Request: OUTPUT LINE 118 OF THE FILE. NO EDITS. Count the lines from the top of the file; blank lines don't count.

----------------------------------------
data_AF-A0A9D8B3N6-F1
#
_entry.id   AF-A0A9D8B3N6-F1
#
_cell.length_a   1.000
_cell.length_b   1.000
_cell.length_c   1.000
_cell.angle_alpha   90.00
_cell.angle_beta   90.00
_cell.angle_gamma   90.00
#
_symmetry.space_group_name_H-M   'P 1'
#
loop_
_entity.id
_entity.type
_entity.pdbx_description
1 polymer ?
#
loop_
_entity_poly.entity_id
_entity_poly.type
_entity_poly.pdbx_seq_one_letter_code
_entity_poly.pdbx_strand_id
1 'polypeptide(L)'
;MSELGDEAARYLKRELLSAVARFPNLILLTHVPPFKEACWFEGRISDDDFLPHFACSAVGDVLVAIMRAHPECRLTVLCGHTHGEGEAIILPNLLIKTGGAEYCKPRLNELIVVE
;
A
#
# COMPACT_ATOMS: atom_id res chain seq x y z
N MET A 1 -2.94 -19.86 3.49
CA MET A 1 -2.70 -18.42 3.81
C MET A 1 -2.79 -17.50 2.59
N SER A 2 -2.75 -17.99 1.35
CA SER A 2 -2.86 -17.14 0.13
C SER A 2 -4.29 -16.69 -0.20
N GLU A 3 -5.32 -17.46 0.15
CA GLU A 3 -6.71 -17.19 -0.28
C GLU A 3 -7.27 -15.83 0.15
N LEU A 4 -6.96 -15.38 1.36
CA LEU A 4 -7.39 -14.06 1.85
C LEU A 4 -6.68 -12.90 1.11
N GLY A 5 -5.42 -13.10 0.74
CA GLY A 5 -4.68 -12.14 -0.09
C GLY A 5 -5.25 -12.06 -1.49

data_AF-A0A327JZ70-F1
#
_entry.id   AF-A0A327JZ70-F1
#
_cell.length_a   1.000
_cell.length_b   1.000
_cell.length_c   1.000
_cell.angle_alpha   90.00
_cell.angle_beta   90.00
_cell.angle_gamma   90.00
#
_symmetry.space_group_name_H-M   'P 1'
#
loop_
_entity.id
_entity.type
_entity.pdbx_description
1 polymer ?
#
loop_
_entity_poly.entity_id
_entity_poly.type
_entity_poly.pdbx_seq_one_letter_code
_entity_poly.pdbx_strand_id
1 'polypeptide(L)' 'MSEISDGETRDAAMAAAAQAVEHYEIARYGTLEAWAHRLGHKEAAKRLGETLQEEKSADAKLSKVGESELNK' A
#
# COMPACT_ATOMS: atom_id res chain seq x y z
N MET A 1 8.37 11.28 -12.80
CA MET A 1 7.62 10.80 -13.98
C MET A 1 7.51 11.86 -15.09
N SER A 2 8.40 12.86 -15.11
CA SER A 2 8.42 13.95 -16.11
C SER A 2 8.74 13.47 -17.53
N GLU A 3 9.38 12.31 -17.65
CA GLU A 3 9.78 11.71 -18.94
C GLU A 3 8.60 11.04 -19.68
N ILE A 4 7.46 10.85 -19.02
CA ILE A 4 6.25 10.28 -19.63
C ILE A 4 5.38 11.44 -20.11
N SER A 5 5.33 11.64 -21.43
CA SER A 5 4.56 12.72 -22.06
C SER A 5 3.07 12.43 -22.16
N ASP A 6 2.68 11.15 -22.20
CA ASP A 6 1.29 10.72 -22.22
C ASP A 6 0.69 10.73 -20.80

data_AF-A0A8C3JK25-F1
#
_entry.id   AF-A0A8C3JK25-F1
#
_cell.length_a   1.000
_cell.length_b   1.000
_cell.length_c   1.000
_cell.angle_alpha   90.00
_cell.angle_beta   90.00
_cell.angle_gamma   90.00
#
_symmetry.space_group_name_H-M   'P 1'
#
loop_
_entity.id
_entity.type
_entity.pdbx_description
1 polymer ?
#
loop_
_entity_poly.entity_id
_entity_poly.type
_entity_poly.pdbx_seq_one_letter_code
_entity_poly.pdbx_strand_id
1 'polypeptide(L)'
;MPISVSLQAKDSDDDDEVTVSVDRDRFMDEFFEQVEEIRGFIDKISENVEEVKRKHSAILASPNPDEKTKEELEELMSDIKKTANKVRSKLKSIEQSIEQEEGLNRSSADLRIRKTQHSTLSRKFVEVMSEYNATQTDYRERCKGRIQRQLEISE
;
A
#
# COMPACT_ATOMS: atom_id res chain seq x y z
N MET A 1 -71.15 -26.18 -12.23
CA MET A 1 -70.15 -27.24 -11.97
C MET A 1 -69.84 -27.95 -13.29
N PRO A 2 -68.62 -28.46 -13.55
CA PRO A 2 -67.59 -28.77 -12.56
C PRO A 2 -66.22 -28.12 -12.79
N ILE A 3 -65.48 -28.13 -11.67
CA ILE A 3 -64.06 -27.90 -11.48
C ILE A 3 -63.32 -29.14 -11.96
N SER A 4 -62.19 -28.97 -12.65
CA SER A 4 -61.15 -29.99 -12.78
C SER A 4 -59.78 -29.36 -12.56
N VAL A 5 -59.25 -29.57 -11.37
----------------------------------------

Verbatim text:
A